The endocannabinoid nervous system: unique opportunities for therapeutic intervention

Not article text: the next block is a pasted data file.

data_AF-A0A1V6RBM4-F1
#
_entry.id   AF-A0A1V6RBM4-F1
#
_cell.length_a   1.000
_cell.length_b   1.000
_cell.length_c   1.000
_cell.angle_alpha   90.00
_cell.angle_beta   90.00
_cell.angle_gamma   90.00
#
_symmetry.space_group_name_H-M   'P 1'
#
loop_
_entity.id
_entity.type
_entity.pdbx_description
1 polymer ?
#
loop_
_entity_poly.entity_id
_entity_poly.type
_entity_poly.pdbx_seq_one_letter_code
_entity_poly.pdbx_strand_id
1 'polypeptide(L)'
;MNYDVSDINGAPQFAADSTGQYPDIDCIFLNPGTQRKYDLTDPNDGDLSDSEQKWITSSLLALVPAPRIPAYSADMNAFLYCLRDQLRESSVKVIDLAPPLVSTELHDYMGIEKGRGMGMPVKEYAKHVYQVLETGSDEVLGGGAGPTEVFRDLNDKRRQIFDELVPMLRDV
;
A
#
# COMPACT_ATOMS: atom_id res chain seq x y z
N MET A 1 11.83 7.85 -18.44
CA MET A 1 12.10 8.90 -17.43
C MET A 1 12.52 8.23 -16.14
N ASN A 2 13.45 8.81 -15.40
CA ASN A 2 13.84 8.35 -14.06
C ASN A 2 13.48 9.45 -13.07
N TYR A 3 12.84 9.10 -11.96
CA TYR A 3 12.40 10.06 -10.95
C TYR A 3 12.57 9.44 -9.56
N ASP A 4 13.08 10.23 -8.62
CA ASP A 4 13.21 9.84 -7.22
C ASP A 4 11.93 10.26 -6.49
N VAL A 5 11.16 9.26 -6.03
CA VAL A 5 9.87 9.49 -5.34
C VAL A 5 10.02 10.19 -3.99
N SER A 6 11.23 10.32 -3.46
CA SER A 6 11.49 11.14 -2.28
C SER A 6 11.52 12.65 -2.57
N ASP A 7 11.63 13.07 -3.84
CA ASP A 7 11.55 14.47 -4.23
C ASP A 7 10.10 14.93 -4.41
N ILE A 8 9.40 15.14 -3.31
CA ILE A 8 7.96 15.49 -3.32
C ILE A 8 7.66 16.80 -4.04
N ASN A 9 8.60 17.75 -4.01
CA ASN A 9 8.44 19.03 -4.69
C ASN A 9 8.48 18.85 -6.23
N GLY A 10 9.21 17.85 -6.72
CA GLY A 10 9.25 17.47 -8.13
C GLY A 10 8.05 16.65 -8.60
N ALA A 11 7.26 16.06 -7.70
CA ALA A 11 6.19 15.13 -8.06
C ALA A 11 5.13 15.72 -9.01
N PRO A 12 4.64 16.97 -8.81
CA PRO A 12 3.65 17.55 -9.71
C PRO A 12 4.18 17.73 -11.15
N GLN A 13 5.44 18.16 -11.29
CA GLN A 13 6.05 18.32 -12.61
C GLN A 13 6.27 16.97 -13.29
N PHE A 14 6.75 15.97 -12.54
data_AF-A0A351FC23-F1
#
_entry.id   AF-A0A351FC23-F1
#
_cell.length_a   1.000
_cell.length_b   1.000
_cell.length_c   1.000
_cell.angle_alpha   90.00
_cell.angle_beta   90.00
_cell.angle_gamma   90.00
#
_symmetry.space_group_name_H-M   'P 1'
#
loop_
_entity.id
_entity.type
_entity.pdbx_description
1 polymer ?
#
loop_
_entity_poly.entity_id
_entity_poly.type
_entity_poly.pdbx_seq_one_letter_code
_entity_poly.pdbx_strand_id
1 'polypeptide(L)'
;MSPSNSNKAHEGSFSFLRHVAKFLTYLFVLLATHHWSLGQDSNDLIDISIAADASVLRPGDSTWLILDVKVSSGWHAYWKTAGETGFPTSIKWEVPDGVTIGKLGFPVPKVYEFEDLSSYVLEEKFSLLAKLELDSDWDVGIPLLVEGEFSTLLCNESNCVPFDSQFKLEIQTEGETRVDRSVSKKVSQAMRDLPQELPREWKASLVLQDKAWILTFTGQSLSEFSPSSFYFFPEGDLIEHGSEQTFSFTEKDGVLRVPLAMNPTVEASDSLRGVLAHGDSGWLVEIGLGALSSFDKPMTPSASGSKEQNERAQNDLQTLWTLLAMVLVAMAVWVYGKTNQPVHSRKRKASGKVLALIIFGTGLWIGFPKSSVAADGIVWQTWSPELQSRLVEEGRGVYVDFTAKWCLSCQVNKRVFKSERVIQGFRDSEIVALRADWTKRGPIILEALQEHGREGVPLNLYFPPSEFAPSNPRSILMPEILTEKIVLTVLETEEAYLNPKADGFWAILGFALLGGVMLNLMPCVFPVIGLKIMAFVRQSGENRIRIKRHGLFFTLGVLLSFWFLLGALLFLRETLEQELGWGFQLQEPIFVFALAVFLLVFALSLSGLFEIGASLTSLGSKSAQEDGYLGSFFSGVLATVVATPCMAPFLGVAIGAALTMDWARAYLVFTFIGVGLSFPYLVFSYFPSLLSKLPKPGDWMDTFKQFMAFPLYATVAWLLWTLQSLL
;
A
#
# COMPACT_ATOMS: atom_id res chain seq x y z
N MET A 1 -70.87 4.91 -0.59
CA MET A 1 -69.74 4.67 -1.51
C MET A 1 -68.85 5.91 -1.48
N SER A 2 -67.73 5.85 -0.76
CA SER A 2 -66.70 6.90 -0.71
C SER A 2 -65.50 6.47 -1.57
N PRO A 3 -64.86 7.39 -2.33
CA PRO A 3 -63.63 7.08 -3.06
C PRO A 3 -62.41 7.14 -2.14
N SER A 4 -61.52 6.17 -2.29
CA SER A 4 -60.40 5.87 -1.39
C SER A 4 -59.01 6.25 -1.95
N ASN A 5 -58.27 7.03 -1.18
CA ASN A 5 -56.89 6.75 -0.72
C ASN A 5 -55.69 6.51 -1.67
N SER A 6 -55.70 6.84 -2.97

The active principle in marijuana, Delta(9)-tetrahydrocannabinol (THC), has been shown to have wide therapeutic application for a number of important medical conditions, including pain, anxiety, glaucoma, nausea, emesis, muscle spasms, and wasting diseases. Delta(9)-THC binds to and activates two known cannabinoid receptors found in mammalian tissue, CB1 and CB2. The development of cannabinoid-based therapeutics has focused predominantly on the CB1 receptor, based on its predominant and abundant localization in the CNS. Like most of the known cannabinoid agonists, Delta(9)-THC is lipophilic and relatively nonselective for both receptor subtypes. Clinical studies show that nonselective cannabinoid agonists are relatively safe and provide therapeutic efficacy, but that they also induce psychotropic side effects. Recent studies of the biosynthesis, release, transport, and disposition of anandamide are beginning to provide an understanding of the role of lipid transmitters in the CNS. This review attempts to link current understanding of the basic biology of the endocannabinoid nervous system to novel opportunities for therapeutic intervention. This new knowledge may facilitate the development of cannabinoid receptor-targeted therapeutics with improved safety and efficacy profiles.
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